is the core
concept of a
But before we
net neutrality is,
we need to
the internet is.
In order to fill a glass of water from your sink,
you need two things…
A system of pipes to get the
water to you house
The internet providers are like the pipes.
They create the infrastructure that carries the
content to your computer.
They are companies
like AT&T, Verizon,
Comcast, and Time
Right now, web content could have to travel
across the world, and on average, jumps
through 18 routers to get to your computer.
This takes time.
The web content providers are the companies that provide the
water that flows through these pipes. Their survival depends on
being able to use these pipes to get to your computer.
They are companies like Google, Apple, Cisco, and Microsoft.
The amount of content (water) is growing
faster than the infrastructure (pipes), so the
pipes jam up, and the internet slows down.
As the internet slows down, some web content
companies (water) feel like they should be able
to pay the providers (pipes) for faster service,
so their water will flow through the pipes first.
This means a company
like Google would be able
to pay a provider like
Verizon for priority
service. Their content
would make it to your
It would also mean that
companies that couldn’t
pay for the priority
service would be slower.
Net Neutrality is the principle that providers
should not be able to favor some web content
over other content by providing it faster. In
other words, it is the belief that all online
content should be treated indiscriminately.
The net neutrality controversy was sparked in 2008 when
Comcast was favoring some content over other content.
The Federal Communications Commission went after
Comcast for violating Net Neutrality principles.
Although Net Neutrality was common practice for the
“pipes,” at the time it was purely voluntary.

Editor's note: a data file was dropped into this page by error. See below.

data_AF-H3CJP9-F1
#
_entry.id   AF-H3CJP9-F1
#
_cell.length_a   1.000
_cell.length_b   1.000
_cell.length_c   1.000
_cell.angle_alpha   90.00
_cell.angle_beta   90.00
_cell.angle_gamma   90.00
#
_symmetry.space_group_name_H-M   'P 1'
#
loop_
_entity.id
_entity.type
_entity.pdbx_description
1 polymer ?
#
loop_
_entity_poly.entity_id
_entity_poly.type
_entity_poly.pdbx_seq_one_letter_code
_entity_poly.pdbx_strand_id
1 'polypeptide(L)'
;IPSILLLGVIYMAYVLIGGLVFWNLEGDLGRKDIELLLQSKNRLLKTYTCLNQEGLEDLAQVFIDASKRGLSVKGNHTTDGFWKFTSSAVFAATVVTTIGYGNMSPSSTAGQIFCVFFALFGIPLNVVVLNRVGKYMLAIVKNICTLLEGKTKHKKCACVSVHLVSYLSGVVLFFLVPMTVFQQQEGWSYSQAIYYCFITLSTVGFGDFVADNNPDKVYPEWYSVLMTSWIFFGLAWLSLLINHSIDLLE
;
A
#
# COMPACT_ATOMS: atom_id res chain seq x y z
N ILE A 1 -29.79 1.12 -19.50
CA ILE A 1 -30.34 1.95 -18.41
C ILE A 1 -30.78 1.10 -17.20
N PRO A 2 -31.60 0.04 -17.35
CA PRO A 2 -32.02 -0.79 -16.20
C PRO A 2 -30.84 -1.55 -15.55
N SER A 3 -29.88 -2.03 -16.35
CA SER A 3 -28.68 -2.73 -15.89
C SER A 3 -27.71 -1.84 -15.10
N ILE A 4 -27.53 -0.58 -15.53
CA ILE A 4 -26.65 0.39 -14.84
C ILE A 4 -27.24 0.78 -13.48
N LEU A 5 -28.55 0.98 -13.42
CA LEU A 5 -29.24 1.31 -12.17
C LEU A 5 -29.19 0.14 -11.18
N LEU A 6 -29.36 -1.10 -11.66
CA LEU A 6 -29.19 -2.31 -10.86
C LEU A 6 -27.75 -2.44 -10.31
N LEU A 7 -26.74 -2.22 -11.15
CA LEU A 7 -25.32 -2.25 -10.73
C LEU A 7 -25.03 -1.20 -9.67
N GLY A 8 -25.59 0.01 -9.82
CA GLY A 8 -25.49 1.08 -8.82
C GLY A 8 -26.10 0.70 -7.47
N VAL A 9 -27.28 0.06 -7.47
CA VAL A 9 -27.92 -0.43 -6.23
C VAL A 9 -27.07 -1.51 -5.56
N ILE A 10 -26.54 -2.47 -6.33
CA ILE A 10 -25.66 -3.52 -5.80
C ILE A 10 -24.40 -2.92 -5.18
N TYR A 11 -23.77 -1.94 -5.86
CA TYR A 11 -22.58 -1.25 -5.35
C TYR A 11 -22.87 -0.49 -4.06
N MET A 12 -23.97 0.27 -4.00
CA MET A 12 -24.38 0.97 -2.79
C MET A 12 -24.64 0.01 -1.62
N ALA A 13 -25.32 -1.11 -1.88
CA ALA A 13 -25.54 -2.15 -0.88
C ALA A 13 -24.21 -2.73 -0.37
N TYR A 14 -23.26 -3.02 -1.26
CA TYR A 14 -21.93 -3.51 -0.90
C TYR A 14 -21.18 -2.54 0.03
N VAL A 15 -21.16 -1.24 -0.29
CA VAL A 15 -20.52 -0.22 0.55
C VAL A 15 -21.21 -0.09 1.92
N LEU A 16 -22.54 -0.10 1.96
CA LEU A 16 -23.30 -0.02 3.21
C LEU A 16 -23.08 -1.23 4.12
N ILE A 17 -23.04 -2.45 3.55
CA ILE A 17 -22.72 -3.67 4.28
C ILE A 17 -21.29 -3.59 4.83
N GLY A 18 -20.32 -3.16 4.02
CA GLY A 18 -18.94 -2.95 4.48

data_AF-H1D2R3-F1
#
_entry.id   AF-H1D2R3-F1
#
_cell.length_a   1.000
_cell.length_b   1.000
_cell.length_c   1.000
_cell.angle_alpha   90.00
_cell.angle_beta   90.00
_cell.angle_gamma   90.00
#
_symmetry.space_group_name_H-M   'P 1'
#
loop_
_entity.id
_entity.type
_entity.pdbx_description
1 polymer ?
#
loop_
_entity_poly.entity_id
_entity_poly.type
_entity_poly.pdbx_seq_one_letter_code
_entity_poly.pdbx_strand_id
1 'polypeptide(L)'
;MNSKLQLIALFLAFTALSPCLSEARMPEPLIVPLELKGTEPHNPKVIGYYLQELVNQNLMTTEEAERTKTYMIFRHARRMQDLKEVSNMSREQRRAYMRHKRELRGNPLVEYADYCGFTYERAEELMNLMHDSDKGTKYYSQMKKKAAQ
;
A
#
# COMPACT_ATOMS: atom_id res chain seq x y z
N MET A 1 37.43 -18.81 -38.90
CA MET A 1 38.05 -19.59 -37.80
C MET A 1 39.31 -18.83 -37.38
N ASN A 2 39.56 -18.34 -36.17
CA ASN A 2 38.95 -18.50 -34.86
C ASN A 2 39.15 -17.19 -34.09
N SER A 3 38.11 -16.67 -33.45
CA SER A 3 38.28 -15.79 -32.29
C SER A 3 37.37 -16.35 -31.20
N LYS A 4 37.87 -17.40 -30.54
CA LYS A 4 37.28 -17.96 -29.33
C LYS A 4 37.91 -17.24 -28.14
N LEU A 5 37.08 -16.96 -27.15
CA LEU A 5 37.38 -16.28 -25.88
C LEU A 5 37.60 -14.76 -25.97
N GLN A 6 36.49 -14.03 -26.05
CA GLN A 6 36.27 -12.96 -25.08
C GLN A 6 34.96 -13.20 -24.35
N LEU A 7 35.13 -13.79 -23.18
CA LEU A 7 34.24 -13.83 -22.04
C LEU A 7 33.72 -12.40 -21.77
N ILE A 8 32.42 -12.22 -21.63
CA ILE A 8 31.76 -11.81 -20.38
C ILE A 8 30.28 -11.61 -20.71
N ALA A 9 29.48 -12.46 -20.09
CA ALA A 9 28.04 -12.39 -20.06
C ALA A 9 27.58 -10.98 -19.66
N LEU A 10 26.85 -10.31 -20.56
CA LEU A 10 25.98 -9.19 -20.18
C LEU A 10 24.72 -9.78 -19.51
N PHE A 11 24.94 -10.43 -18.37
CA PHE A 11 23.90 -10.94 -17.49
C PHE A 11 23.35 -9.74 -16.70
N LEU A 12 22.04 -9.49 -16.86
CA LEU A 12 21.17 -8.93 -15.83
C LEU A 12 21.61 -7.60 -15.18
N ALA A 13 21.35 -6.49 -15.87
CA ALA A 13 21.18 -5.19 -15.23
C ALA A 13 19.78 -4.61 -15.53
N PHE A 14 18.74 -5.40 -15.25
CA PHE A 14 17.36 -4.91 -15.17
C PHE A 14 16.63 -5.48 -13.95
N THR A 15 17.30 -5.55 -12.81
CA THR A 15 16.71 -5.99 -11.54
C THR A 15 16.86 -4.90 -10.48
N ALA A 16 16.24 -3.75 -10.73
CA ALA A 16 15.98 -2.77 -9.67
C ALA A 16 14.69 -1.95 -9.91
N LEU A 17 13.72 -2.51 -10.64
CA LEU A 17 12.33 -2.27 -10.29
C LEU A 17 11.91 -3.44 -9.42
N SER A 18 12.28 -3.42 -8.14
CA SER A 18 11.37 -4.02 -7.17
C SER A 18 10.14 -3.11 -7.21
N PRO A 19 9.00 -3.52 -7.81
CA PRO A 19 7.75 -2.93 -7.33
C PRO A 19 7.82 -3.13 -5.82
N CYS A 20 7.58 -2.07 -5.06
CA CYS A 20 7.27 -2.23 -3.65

Comcast sued the FCC.
Two years later, a Federal Appeals Court ruled that the
FCC had no grounds for reprimanding Comcast, and the
FCC had no authority to enforce net neutrality based on
the 1996 Telecommunications Act.
There have been several failed bills to give the FCC the
jurisdiction to enforce net neutrality. None have passed thus
far, and congress is expected to address the issue soon.
Some other controversial “solutions” to
the net neutrality debate…
In 2010, Google struck an agreement with Verizon, where
Google pays Verizon for holding and powering its data
centers in the same locations as the Verizon servers
around the country. This would mean Google web
content has a shorter distance to travel, which would
make it faster.
Google and Verizon
claim that this doesn’t
violate net neutrality
because Verizon isn’t
giving priority service
to Google. It is just
making it so the web
content has a shorter
distance to travel.
Google’s faster service
does not make other
web content slower.
Others claim that
violates the spirit of
net neutrality, and
Google has failed in
its core principle…
“Don’t Be Evil.”
Another “solution” would be to provide tiered
internet service, where some customers would pay
a higher monthly fee for faster service.
Advocates of this argue
that it makes business
Opponents argue that
it is discriminatory and
would limit internet
access to poor
The final solution will be determined by legislation
that clarifies the FCC’s role in regulating the internet
and enforcing net neutrality.
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Miller, Claire Cain, and Miguel Helft. “Google Plan Disillusions Some Allies.” New York Times 16 Aug. 2010:
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Mulligan, Edward B.,V. “Derailed By the D.C. Circuit: getting network management regulation back on track.”
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Times. Web.23 Nov. 2010.
Stehle, Vincent. “Why Nonprofits Should Care About Net Neutrality.” Chronicle of Philanthropy 3 Oct. 2010.
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